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Real Life Nutrition Questions Answered

Real Life Fitness Questions Answered

Emma Brown

Janet Aylott

Kelly Marshall
Fitness Consultant


How do I specifically target my stomach area?

Hi there, I know you can't spot train any muscles but as I've lost weight my body has shown significant improvement, however I can't seem to shift anything from my lower stomach. I rarely drink and have been watching what I eat. I've recently started yoga and am doing an hour a day of cardio but I was wondering if there is any specific exercise to help shift this unwanted weight? Thanks!


Our expert says...


The final aspect you need to include with your good nutrition, yoga and daily cardio is strength and core training to enhance lean muscle tissue and elevate your metabolic rate. A total body approach is ideal but make sure you specifically target your middle.

To target the muscles in the stomach and improve muscle tone it is best to work from the inside, outwards. Often this important step can be missed with individuals focusing too much on the more superficial stomach, i.e. six pack, muscles. Also, the stretching of the skin, (elastic properties of which slowly reduces with age unfortunately), can leave an ‘apron’ effect later on.

So, the best way to tackle it is with deep core training in a focused abdominal program done 2-4 times a week but NOT everyday! This is a common misconception that abs should be trained daily but all muscles require rest time to recover and adapt to the training. Often daily abdominals leads to lower back pain long-term due to the lower back muscles having to help out in movements to support the fatigued abdominals (tired from consecutive days training!).

Here’s how to activate the deeper muscles:

- On a DAILY basis you need to be re-training your deepest abdominal muscles (transverse abdominals and pelvic floor) so practice the * drawing-in manoeuvre * as often as you remember. You can do this anywhere (nobody will know!) and it is great to do when you are in a car or at a desk (i.e. any sedentary position), simply start by taking a breath in and as you do, draw your belly button in towards spine. You should feel a tension develop in your midriff (like you have put a belt on!), then as you breathe out, keep your belly button drawn towards your spine and breathe normally. Hold the tension for as long as you remember, although it will not be long to start with. T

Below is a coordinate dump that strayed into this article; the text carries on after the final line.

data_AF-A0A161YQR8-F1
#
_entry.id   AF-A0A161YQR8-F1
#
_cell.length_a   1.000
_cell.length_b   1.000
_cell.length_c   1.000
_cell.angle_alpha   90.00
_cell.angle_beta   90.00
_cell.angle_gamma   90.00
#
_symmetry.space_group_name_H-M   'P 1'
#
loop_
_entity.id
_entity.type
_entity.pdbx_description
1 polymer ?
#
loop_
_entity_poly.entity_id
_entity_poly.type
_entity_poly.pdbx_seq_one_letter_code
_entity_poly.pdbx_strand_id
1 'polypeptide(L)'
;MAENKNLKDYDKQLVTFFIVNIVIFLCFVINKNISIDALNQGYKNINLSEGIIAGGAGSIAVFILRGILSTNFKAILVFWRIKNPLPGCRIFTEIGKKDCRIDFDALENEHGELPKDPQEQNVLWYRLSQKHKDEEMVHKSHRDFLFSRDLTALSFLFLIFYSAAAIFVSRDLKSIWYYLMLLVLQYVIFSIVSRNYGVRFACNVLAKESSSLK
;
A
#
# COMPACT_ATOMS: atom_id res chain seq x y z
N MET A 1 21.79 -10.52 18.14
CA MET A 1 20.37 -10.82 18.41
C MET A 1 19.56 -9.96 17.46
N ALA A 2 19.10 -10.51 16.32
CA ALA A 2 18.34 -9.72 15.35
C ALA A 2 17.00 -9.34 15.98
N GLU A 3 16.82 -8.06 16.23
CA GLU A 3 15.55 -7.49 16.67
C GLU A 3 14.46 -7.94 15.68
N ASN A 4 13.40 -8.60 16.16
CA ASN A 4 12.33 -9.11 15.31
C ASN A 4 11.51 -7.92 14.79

he more you practice this manoeuvre the more automatic it will become. By strengthening your TVA and retraining it to automatically activate and stay where it should, you can visibly reduce the size of your waist as well as protect your lumbar spine in the long-term (a common site of pain during and post-pregnancy).

You also need to be retraining the more superficial muscles of the abdominal area which will include the rectus abdominals ('six-pack' muscles). The core exercises you do, need to be performed at a slow, controlled pace, with a full range of motion, with conscious attention given totally to the abdominal area you are trying to strengthen.

1) A well executed basic floor crunch with your knees in a bent position would be an excellent way to start, doing 2-3sets of 15 repetitions. At the top of each crunch movement, (which wouldn't be a big movement and would not involve your lower back leaving the floor) pause and hold for 1 second while trying to consciously squeeze your abdominal muscles. The most important thing about this exercise is not the repetitions but that you REALLY feel the muscles waking up, working and tiring out!

2) An exercise called *the plank* is a fantastic exercise designed for core strength and incorporates shoulder stability and upper body strength. For the starting position, lie on your front and have your elbows underneath your shoulders and feet tucked under your ankles, then lift your body off the floor so only your forearms and knees and shins are on contact with the floor. Concentrate on drawing your tummy in towards your spine against the pull of gravity. If you can do this and hold for 30seconds and prevent your lower back from activating and getting involved then your core strength is strong enough to try a full plank where you progress the hold by lifting the knees up so only your forearms and toes will be in contact with the floor. Aim to hold for as long as possible and do it 2-3 sets.

3) Oblique crunches: same as above but as you lift the body upwards (with hands at ears) take one elbow towards the opposite knee. This will provide a small twist motion. Alternate sides and again look to do a maximum of 20 repetitions.

4) Bicycle crunches: feet off the floor with this one. The elbow comes across the body while the opposite knee comes in to meet in the middle, so you are essentially crunching across the body. Then slowly control on the way down and bring the other elbow and opposing knee into the middle. Aim NOT to let your legs drift out away from the body too much as it can encourage the lower back to get involved and help out.

- You really want to do 1-4 core exercises that could be incorporated into a whole body approach training program, with an emphasis on targeting your core muscles through the entire workout, at the same time as working the other parts of the body. This structure would be ideal and would significantly enhance the strength and tone of your stomach, especially the lower part!

Hope this helps,


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